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P168. Primary sclerosing cholangitis in the Swiss IBD cohort study: prevalence, patient characteristics, and disease course

M. Fraga1, N. Fournier2, E. Safroneeva3, S. Vavricka4, D. Moradpour1, A. Schoepfer1, 1University Hospital Lausanne / CHUV, Gastroenterology and Hepatology, Lausanne, Switzerland, 2University of Lausanne, Institute of Social and Preventive Medicine, Lausanne, Switzerland, 3University of Bern, Institute of Social and Preventive Medicine, Bern, Switzerland, 4University Hospital Zurich, Gastroenterology and Hepatology, Zurich, Switzerland


Primary sclerosing cholangitis (PSC) represents the most common hepatobiliary extraintestinal manifestation (EIM) in inflammatory bowel disease (IBD). We aimed to assess the prevalence of PSC in the Swiss IBD Cohort Study (SIBDCS) and to identify associated risk factors.


Patients were enrolled retrospectively (diagnosis before 2006) and prospectively (diagnosis in 2006 and later) into the SIBDCS. Eighty percent of patients were recruited in hospital clinics and 20% in private practice. Patients with IBD and PSC were compared to patients with IBD but without PSC. Non parametric data are presented as median and interquartile range [IQR].


Among 2,187 patients with IBD (1,251 Crohn's disease, CD; 893 ulcerative colitis, UC; 43 indeterminate colitis, IC), diagnosed between 1955 and 2010, 35 patients with PSC were identified (29 PSC-UC, 6 PSC-CD). The cumulative PSC prevalence was 3.2% in UC and 0.5% in CD (p < 0.001 for PSC-UC vs. PSC-CD). PSC was significantly more prevalent in males as compared to females (risk ratio 2.82, p = 0.006). UC-PSC patients had a median age at IBD disease onset of 23 [19–35] years, the median disease duration was 11 [4–17] years, and disease location was in 10.7% proctitis, 21.4% left sided colitis, 10.7% extensive colitis, and in 57.1% pancolitis. Mean age at PSC diagnosis was 30 years in males and 38 years in females. When comparing UC-PSC patients (n = 29) with UC patients without PSC (n = 864) we observed the following correlations: UC-PSC patients were more frequently male (79.3% vs. 54.2%, p = 0.007), and they were younger at UC diagnosis (median 23 [19–35] vs. 31 [24–41] years, p = 0.005). Pancolitis was found in 57.1% of UC-PSC patients compared to 40.6% of UC patients without PSC (p = 0.117). PSC was diagnosed in 71.4% after IBD, in 14.3% at the same time, and in 10.7% before IBD diagnosis (3.6% missing information). Four patients (11.4%) developed cholangiocarcinoma. Four patients were liver transplanted due to recurrent episodes of cholangitis and/or liver failure.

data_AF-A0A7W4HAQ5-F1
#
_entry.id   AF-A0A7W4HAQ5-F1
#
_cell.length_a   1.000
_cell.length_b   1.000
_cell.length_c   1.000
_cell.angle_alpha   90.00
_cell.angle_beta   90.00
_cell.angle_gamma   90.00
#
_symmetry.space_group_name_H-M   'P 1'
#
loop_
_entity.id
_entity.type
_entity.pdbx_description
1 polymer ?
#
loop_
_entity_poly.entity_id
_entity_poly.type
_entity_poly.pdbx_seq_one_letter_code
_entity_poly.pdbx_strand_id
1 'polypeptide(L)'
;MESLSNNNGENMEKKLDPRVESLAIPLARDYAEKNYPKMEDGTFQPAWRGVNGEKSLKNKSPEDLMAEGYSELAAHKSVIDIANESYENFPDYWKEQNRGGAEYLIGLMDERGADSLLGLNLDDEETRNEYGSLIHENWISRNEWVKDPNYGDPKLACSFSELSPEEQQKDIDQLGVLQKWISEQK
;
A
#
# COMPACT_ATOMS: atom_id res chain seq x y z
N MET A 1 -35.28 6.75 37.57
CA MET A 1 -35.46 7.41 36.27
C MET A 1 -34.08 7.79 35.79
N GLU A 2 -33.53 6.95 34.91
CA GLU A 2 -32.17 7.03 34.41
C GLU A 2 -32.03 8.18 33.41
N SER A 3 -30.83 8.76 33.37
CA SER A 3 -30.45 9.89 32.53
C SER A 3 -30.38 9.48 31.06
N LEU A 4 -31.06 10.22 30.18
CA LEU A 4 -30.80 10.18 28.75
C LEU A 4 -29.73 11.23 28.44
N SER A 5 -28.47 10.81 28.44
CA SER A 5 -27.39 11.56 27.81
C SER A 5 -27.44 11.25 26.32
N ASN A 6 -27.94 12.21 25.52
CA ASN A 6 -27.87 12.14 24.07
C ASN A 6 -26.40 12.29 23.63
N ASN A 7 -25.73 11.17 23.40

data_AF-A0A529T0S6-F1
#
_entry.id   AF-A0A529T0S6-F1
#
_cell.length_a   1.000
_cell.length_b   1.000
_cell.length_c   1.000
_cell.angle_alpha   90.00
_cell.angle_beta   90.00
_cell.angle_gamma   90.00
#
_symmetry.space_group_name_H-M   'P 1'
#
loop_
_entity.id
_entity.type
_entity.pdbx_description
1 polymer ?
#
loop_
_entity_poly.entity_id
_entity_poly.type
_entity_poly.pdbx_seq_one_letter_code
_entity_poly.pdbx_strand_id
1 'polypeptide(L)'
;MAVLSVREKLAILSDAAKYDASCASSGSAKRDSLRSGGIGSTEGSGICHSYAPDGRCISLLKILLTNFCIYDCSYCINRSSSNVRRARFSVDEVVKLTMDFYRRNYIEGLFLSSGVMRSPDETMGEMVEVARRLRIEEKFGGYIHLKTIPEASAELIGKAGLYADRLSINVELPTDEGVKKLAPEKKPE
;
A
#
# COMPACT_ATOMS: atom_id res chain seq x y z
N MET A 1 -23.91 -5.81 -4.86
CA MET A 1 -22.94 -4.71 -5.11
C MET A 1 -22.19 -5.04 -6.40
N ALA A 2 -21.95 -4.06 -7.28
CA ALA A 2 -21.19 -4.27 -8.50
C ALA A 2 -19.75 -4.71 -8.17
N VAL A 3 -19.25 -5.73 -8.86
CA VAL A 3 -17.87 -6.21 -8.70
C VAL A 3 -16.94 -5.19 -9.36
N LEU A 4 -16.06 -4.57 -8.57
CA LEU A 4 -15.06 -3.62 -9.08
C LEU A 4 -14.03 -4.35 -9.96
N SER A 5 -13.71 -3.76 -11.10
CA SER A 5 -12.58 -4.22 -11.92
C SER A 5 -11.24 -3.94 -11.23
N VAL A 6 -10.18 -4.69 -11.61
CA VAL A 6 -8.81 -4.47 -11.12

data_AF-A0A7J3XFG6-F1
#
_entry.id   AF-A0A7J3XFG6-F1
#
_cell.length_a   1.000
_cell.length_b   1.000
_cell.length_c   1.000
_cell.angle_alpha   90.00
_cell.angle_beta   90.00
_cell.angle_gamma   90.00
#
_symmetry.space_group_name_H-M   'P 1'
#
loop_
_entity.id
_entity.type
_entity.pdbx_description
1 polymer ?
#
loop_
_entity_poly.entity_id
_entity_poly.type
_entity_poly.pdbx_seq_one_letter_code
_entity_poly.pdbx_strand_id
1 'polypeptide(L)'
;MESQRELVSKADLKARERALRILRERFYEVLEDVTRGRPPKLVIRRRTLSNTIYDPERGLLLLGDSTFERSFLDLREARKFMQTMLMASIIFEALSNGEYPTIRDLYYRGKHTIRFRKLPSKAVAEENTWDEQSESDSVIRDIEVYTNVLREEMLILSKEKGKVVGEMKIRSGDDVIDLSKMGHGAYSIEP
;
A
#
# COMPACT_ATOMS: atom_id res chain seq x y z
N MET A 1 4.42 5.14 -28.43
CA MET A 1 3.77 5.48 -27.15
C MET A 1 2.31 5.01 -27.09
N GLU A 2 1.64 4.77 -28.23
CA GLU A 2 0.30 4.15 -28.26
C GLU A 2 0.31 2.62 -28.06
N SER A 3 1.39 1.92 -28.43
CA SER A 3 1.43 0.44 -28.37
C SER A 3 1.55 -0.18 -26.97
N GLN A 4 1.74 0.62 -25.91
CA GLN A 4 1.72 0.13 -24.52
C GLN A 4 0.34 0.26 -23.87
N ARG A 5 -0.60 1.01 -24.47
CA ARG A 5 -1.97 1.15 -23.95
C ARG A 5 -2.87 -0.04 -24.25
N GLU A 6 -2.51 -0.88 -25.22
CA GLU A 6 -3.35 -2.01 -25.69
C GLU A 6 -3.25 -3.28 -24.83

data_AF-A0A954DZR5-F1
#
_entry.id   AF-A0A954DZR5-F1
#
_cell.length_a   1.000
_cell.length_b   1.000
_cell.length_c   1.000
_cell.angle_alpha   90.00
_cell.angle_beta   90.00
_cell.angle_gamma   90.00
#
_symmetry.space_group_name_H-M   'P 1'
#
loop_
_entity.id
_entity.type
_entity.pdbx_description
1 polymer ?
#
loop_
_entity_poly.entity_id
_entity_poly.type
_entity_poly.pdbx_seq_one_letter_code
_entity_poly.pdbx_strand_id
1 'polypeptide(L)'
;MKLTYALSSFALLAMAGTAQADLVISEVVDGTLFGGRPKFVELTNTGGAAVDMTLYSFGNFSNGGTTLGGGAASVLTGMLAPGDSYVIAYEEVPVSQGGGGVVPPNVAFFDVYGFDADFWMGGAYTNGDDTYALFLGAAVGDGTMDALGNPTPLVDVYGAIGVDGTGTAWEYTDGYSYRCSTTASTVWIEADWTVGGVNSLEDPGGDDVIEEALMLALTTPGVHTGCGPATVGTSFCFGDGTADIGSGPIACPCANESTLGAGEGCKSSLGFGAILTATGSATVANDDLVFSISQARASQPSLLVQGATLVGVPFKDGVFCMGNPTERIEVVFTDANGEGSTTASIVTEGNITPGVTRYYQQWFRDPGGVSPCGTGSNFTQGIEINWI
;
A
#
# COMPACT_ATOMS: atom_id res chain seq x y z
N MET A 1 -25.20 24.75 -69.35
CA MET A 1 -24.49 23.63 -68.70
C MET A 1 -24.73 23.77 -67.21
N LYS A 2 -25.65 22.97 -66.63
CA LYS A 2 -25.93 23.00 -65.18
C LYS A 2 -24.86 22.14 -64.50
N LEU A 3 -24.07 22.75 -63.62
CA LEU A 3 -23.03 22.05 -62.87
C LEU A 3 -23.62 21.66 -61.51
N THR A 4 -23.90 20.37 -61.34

The PSC prevalence in the SIBDCS is comparable to other cohorts from the Unites States and Europe. We identified male gender and young age at IBD diagnosis as risk factors for PSC in UC patients.